Maisie’s father, Dominic Dymond, arrives in time to help get both his daughter and Austin out of the water, but even though Austin is a little banged up, it doesn’t prevent him from giving Dom a piece of his mind – “When will you start being there for her when she needs you?” At the hospital later, he’s surprised to find Dom waiting for him outside his cubicle – and equally surprised to see a very different man to the one he’s seen arriving at school late every afternoon. This man’s eyes are full of care and worry and his body language speaks of someone way past exhaustion – and when he tells Austin that Maisie’s mum was supposed to be looking after her, Austin realises he’s jumped to some very wrong conclusions.
This new understanding – Austin of how he’s misjudged Dom, Dom of how he needs to make changes to keep Maisie safe – also marks the beginning of a new awareness of each other and of the acknowledgement of a mutual attraction. Even though Austin plans to leave Cornwall as soon as the deal for the renovation project is sealed, Dom hopes he might change his mind and makes no bones about the fact that he’d love to get to know Austin better. Collaborating with Dom on the building project really brings home to Austin that he doesn’t want to go back to his old life, but he’s torn; not doing so will mean letting down someone equally important to him and not paying the debt he’s been carrying for many years.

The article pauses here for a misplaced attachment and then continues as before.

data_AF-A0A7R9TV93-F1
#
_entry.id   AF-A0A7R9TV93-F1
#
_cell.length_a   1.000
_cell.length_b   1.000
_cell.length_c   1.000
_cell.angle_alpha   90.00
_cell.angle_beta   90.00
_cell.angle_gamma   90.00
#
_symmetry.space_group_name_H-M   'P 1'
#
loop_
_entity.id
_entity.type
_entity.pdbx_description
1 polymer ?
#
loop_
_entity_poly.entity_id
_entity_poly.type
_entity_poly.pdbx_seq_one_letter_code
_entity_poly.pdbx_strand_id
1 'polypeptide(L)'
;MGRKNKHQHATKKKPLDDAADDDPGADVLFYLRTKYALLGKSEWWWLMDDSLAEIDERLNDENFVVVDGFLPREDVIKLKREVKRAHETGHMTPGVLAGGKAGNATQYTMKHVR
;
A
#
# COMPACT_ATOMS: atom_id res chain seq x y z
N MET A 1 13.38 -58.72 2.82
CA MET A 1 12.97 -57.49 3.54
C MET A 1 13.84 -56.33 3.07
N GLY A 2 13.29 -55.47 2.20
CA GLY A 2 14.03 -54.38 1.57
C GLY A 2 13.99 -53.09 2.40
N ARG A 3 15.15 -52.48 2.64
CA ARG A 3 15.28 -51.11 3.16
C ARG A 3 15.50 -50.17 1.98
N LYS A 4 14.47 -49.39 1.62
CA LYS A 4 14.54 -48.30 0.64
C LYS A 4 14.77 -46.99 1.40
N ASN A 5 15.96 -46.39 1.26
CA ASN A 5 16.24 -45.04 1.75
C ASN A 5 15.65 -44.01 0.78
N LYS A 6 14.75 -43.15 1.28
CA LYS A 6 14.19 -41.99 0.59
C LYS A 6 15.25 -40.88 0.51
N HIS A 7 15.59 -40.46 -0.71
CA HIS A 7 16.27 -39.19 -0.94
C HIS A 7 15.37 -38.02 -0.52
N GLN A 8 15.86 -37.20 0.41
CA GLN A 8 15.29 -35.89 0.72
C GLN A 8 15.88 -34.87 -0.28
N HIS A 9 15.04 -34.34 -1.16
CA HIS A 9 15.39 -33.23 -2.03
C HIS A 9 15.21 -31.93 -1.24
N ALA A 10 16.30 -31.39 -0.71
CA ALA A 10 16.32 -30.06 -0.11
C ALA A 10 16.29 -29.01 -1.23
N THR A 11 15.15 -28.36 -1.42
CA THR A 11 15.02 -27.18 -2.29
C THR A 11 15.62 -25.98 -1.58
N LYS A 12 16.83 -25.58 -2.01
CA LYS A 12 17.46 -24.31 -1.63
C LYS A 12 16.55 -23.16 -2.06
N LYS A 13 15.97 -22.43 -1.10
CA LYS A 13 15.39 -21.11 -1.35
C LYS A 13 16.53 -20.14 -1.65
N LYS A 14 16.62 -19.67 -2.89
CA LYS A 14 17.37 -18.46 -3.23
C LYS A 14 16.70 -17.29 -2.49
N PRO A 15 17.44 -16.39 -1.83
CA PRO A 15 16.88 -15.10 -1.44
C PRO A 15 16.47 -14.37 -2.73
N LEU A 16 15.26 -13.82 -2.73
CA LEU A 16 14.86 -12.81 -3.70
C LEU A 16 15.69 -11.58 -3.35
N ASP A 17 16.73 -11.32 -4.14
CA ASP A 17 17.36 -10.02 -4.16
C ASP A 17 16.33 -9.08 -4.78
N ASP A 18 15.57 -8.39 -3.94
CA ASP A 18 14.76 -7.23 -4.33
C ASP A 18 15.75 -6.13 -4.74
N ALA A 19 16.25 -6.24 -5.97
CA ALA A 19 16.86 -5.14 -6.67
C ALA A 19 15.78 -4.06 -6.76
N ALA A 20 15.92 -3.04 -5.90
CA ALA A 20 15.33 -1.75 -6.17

While perhaps a little less angsty than some of the other books in the series, Austin is still full of the emotional depth I’ve come to expect from Con Riley’s stories. Austin has a reputation for being ruthless in business dealings – in his own words, he’s a “cutthroat bastard” – but the author slowly strips away the protective layers he’s built up over the years to reveal the gentler, more vulnerable man beneath, who has, for many years and for the best of motives, been shouldering a burden he should never have had to carry. If you’ve been following the series, you’ll remember that Austin and Sol (Glynn Harber’s art teacher) used to be a couple but that Austin walked out not long after Sol took custody of his then thirteen-year-old nephew, Cameron. I really appreciated getting the other side of that story and learning that Austin’s decision was born more of a desire to protect them than from any distaste for family life or parenthood. I liked watching him and Cameron coming to a kind of truce, too – and seeing how far Cameron has come since we first met him in Sol.